In August 1947 British India won its independence from the British and split into two new states, India and Pakistan (East Pakistan subsequently became Bangladesh), that would govern themselves. The Partition of India, as it was known, created a huge refugee crisis with millions of displaced people and the level of violence and loss of life prior to and after the Partition has caused reverberations over the years, with hostile relations between India and Pakistan continuing to this day.
With the 70th anniversary of the Partition of India being marked this month I’ve pulled together just a small selection of Library resources that will help you explore the Partition of India further.
What did the papers say?
The Library subscribes to a large number of online newspaper archives that will allow you to see what events were being reported on at the time and how they were being reported. Read full text articles, compare how different newspapers were covering the same issues and stories, track coverage from the start of the Indian independence movement in the 19th century until post-partition.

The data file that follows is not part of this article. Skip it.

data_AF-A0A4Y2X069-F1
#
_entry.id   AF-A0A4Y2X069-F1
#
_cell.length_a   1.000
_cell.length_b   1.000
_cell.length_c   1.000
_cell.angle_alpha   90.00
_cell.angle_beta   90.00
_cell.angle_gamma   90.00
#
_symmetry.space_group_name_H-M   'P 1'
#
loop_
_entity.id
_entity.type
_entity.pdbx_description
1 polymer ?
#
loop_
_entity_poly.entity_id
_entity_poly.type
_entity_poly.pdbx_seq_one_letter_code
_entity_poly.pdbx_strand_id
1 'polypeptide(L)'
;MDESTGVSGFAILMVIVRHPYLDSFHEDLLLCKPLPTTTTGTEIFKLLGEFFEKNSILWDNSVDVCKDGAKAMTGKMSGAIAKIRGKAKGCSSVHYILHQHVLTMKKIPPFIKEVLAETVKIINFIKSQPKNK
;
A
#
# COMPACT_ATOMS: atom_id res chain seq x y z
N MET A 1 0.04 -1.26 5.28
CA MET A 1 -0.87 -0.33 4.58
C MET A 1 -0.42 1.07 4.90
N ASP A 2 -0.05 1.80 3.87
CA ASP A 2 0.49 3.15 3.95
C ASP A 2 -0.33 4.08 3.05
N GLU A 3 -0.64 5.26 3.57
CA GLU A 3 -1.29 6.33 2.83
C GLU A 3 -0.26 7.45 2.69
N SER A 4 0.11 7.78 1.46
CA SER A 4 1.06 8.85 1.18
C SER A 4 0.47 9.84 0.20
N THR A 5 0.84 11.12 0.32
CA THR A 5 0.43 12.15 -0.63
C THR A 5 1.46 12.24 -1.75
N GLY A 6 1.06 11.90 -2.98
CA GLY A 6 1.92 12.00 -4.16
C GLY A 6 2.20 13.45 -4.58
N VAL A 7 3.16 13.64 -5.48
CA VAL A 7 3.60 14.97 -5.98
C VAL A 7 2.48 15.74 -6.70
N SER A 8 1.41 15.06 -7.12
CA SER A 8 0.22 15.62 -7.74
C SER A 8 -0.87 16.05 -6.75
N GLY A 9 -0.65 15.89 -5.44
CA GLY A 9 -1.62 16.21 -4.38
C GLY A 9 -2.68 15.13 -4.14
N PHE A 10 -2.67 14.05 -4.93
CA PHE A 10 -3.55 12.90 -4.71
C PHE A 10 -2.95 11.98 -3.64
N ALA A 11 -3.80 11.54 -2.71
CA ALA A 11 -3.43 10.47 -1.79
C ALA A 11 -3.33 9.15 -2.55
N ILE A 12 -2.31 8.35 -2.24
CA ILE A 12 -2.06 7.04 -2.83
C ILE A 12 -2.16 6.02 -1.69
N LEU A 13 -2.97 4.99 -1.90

The Times of India (1838-2007)
The Library has access to the online archive of The Times of India, which covers the period 1838-2007. The Times of India is the world’s largest circulation English daily newspaper and, as would be expected, is particular valuable for its coverage of key historical events in India, such as the Partition.
But how does this compare with how newspapers in the UK were reporting on it e.g. The Times, The Guardian and The Observer, The Scotsman, etc., or how international newspapers were reporting on events e.g. The New York Times, Washington Post, Japan Times, etc?
Want to look at more recent coverage of the Partition of India? The Library also subscribes to databases, such as Factiva and Nexis UK, that allow you to search and access the full text of a large number of UK and international newspapers from around the 1980s up to date. You can access these, the databases mentioned above and many other newspaper archives and magazine archives from Newspaper Databases. Continue reading